Boeing Pleads Guilty To Fraud In Connection With Fatal Crashes, Escapes With Smaller Fine Than Trump’s NY Penalty


Boeing has reportedly agreed to plead guilty to criminal fraud charges related to fatal crashed involving its 737 Max line. As part of the settlement, Boeing will admit to committing a felony but will avoid trial. The airline manufacturer is reportedly set to face a fine of $243 million, a penalty that has been described by victims as a “sweetheart deal.”

Boeing could have faced a fine of up to $487.2 million, though the Justice Department has recommended a penalty with half that amount under a previous agreement, resulting in a fine of $243.6 million, according to a report from CNBC. A federal judge will need to approve the settlement in order for it to be enacted.

If accepted, executives fear that the deal could complicate the company’s numerous arraignments with the federal government, though it is expected they will seek waivers. About 32 percent of Boeing’s nearly $78 billion in revenue last year came from its defense, space and security contracts, CNBC noted.

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A Defense Department official stated Monday that the DOD would assess the situation in conjunction with the Justice Department “to make a determination as to what steps are necessary and appropriate to protect the Federal Government.”

The plea deal would also install an independent monitor to oversee compliance over a three-year period. Boeing would also be ordered to invest $455 million in compliance and safety programs, according to a court filing.

In May, federal officials determined that Boeing violated a 2021 agreement that had shielded the company from criminal charges of conspiracy to commit fraud in relation with two fatal crashes in 2017 and 2018 involving its 737 MAX jet.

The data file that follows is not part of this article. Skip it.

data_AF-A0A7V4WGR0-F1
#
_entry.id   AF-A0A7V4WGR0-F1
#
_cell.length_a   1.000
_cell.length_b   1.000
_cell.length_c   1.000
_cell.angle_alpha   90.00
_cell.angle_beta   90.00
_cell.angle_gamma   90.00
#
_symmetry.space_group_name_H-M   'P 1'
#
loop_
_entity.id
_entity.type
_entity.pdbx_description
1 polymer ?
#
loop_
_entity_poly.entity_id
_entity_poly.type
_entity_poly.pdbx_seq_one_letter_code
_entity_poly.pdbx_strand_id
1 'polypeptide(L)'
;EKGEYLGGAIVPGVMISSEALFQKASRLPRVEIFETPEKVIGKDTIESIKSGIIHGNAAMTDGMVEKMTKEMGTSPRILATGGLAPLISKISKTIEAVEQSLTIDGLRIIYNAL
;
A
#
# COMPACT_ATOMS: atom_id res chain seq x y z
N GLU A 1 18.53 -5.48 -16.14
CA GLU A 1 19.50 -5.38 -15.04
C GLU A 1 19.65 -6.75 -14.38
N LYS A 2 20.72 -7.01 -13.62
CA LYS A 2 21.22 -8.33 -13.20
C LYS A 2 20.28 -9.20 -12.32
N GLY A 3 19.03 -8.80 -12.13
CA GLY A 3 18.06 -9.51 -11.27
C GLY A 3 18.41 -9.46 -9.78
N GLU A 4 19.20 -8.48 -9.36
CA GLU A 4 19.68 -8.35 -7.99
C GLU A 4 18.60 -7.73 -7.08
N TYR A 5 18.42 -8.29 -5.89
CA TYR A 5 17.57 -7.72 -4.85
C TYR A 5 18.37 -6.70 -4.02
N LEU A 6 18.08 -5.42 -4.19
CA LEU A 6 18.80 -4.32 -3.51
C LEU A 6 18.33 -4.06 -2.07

Under the 2021 deal, the DOJ agreed not to prosecute Boeing as long as the company overhauled its compliance practices and submitted regular reports. The company also agreed to pay $2.5 billion to settle the investigation.

The U.S. accused Boeing of conspiracy to defraud the government by misleading regulators about the inclusion of a flight-control system on the Max aircraft that was later involved in the two crashes — a Lion Air flight in October 2018 and an Ethiopian Airlines flight in March 2019. All 346 passengers and crew on board the flights were killed.

Critics have pointed out that former President Donald Trump was fined more for alleged “civil fraud” in a highly questionable New York case brought by Attorney General Letitia James, who campaigned on prosecuting Trump. The former president was ordered to pay over $350 million and is barred from conducting any business in New York State for three years for allegedly overvaluing his Mar-A-Lago estate.

James argued that the Palm Beach property was worth just $18 million despite the fact that surrounding properties are valued at hundreds of millions of dollars.

“They fined Donald Trump 2x more for accurately appraising the market value of his home than Boeing got fined for killing people,” said The Federalist editor Sean Davis wrote in an X post after the Boeing agreement was announced.

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